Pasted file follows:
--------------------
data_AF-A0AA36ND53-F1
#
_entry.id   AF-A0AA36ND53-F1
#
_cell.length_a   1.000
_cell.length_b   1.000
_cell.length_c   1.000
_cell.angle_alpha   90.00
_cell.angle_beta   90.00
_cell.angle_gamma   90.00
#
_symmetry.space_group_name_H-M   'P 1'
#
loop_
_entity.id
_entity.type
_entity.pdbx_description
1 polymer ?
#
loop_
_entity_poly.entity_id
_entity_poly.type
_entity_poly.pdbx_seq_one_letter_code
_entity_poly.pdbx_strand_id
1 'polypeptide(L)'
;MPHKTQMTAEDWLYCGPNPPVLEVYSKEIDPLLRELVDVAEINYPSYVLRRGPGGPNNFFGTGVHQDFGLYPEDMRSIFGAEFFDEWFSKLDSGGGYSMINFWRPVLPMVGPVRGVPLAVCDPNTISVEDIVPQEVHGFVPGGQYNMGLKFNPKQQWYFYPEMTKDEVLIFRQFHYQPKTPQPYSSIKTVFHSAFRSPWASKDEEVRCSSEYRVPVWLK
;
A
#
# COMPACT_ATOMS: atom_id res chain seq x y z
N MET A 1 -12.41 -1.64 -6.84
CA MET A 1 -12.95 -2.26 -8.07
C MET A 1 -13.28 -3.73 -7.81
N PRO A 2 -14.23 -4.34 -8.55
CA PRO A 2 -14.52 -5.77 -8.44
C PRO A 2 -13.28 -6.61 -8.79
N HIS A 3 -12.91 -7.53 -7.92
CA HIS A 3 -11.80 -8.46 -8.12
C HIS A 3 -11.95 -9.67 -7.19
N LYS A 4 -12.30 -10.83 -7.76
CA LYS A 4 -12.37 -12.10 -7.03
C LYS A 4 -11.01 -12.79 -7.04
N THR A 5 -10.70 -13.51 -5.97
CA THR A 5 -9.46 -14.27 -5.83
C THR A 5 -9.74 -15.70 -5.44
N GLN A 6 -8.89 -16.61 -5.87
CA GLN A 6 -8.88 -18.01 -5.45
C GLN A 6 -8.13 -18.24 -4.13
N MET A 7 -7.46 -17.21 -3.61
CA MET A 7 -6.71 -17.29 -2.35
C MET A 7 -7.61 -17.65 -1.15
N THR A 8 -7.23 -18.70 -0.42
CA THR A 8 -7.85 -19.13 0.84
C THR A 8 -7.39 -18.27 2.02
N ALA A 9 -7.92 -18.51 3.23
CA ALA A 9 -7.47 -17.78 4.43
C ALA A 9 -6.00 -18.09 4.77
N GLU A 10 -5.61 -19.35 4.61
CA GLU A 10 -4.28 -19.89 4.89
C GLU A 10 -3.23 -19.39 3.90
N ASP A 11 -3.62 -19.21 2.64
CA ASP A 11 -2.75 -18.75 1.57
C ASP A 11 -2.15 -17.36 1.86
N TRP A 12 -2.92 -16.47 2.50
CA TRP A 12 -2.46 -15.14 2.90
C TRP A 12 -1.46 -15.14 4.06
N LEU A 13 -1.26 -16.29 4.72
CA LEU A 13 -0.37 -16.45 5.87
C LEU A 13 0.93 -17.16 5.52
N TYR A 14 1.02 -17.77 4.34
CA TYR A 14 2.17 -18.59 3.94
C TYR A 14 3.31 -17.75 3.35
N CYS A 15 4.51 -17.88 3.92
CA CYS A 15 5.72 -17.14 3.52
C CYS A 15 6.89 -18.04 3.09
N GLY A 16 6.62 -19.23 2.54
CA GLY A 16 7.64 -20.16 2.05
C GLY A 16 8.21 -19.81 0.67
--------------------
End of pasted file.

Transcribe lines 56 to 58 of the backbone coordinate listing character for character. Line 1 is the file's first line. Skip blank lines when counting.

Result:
CA ALA A 9 -7.47 -17.78 4.43
C ALA A 9 -6.00 -18.09 4.77
N GLU A 10 -5.61 -19.35 4.61